In neural tissue engineering, the use of natural polymers is highly beneficial due to their high biocompatibility and natural biodegradation kinetics combined with chemically tuneable properties. Often, natural polymers are analogues, if not identical like in the case of collagen, to substances already present in the human body, minimising the risks of cytotoxicity and immunogenic reaction upon implantation in the body . In neural tissue engineering, natural polymers can fulfil different roles, including matrix formers, gelling agents, or drug release modifiers, and they can be easily adjusted to fit a defect in a difficult physiological geometry, such as the spinal cord [48, 49]. Natural polymers applied in neural tissue engineering have different origins, such as extracellular matrix components (ECM), like collagen, polymers derived from marine life, like alginate, polymers derived from crustaceans, like chitosan, and polymers derived from insects, like silk. Natural polymers are the most researched type of polymer in neural tissue engineering and they have been preclinically studied at length in numerous animal models, including primates. In addition, collagen is the only biopolymer currently approved for clinical studies aimed at peripheral nerve regeneration. However, weak mechanical characteristics due to complex chemical structures, thermal sensitivity, and processing difficulties that frequently require use of solvents, hinder the efficacy of natural polymers, prompting researchers to combine them with synthetic or electroconductive polymers. Table 1 summarises the main natural polymers used in neural tissue engineering and their applications.
Primarily, gelatin has found applications in neural tissue engineering as electrospun combinations with other polymers, synthetic or natural in origin. The use of electrospinning as a fabrication technique for gelatin-based nerve conduits is particularly advantageous because it allows the optimisation and manipulation of mechanical, biological, and kinetic properties. In particular, electrospinning allows control over the orientation of the nanofibres, which is a key component in the creation of a functional scaffold . Fig. 3 offers a simple overview of the structure of as nerve conduit focusing in its three crucial parts: oriented substratum achieved through electrospinning, seeded support cells, and controlled release of NGF. 3D electrospun nanofibrous gelatin conduits allowed differentiation of motor neuron-like cells, showing great potential for applications in the CNS [66, 67]. The most common combination of hybrid polymer conduits is gelatin/PCL. Gelatin combined with PCL acted as a positive cue to support neurite outgrowth and allowed culture and proliferation of Schwann cells in vitro [68,69,70] and, more recently, a PCL/collagen blend incorporated into a gelatin matrix was used to bridge a 15mm gap in sciatic nerve in rats . Gelatin has also been successfully blended and electrospun with PLA, increasing differentiation into motor neurons lineages and promoting neurite outgrowth .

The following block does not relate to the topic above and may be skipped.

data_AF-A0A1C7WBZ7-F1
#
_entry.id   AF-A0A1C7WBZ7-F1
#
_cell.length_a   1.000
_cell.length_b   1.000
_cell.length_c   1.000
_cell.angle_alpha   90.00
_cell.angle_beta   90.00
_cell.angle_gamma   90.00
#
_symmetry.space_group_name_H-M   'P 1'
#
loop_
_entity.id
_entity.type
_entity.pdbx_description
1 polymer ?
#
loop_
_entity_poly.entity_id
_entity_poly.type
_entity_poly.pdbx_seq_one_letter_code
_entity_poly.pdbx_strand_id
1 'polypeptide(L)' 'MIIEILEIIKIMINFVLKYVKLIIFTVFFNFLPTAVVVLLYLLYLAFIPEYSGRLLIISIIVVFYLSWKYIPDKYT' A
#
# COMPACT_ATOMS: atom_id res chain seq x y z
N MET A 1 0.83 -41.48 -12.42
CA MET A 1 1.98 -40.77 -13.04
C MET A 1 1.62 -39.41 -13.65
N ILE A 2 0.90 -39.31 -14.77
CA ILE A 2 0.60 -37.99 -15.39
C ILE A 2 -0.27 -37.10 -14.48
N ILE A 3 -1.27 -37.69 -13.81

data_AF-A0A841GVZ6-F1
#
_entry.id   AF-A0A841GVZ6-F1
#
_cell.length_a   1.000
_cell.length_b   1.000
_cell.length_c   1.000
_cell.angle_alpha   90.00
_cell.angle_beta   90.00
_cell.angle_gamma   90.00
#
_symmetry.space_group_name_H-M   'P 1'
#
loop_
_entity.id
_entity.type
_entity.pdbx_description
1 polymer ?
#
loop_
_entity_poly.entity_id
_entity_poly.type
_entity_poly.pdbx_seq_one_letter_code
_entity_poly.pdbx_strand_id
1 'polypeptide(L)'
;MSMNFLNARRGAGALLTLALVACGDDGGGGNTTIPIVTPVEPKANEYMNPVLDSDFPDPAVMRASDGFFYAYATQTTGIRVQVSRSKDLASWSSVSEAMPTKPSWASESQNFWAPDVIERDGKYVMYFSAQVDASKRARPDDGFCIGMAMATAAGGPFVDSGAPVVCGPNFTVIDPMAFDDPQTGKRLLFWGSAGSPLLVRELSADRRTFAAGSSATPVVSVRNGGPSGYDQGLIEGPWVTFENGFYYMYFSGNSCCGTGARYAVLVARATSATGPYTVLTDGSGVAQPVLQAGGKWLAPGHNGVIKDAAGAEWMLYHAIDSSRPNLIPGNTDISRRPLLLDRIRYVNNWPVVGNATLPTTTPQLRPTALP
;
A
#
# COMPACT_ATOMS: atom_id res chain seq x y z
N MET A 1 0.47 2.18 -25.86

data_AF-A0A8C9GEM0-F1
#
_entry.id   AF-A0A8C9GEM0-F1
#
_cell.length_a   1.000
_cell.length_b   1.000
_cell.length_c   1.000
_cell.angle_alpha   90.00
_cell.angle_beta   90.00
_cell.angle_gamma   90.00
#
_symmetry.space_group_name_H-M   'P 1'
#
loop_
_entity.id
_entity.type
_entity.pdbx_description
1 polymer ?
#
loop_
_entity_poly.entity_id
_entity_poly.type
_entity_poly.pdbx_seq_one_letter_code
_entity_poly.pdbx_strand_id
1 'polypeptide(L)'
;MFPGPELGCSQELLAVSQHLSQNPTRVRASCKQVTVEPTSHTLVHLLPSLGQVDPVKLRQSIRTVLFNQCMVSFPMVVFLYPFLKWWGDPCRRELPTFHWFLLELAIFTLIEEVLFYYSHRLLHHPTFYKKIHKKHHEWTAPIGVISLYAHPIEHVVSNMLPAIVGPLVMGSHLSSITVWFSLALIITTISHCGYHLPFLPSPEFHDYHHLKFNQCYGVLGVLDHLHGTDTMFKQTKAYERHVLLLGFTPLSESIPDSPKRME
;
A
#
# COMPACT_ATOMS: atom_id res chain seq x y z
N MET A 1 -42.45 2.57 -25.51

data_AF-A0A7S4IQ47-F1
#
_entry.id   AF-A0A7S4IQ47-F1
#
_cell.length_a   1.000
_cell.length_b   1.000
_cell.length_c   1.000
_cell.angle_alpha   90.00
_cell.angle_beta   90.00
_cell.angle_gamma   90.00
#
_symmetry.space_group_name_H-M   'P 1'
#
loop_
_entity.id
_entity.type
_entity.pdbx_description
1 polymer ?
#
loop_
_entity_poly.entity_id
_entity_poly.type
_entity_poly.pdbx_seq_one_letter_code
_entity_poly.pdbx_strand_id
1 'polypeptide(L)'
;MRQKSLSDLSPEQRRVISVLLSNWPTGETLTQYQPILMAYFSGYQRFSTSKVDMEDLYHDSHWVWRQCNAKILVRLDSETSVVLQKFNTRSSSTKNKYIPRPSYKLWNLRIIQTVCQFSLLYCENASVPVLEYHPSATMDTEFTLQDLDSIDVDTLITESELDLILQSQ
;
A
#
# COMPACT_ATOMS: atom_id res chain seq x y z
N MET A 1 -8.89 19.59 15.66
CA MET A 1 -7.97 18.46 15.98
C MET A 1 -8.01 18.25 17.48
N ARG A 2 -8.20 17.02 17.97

HA can be combined with other natural biopolymers, especially collagen due to the similar nature of the two biomaterials. For instance, Zhang et al. used neural stem cells embedded in a HA/collagen conduit to promote the regeneration of a 5mm facial nerve gap in rabbits . Combinations of HA and chitosan have also been successful in peripheral nerve regeneration. Li et al treated peripheral nerve crush injury in a rat model using chitosan conduits combined with HA , and Xu et al. used an injectable chitosan/HA biodegradable hydrogel for the regeneration of peripheral nerve injury . Further, blends of HA and biodegradable synthetic polymers, such as PLGA and poly-L-lysine, showed great potential for controlled delivery of drugs aimed at axonal regrowth after spinal cord injury in vitro  and in vivo .
Alginate has been recently used to create scaffolds for neural applications. Usually, hybrid scaffolds combine the biological characteristics of alginate with the mechanical properties of other biopolymers, both natural and synthetic in origin such as HA or PVA, showing great potential for peripheral nerve regeneration [105,106,107]. The leading application of alginate in neural tissue engineering is the treatment of spinal cord injury in rats, where it has been continuously successful in regenerating small nerve gaps, ranging from 2 to 4 mm [108,109,110,111].
Often, chitosan is used to enhance the biocompatibility of synthetic polymers with better mechanical characteristics. For example, chitosan was used to increase the biocompatibility of PVA in nanofibrous scaffolds, enhancing viability and proliferation of PC12 cells in vitro , and in PVA/SWCNTs structures, increasing the in vitro proliferation rate and integration of human derived brain cells U373 . Aligned PCL/chitosan fibres supported PC12 cells adhesion and growth, enhancing neurite extension along the fibre orientation . PLGA/chitosan scaffolds guided neuronal differentiation for peripheral nerve regeneration both in vitro and in vivo [121, 122]. 2b1af7f3a8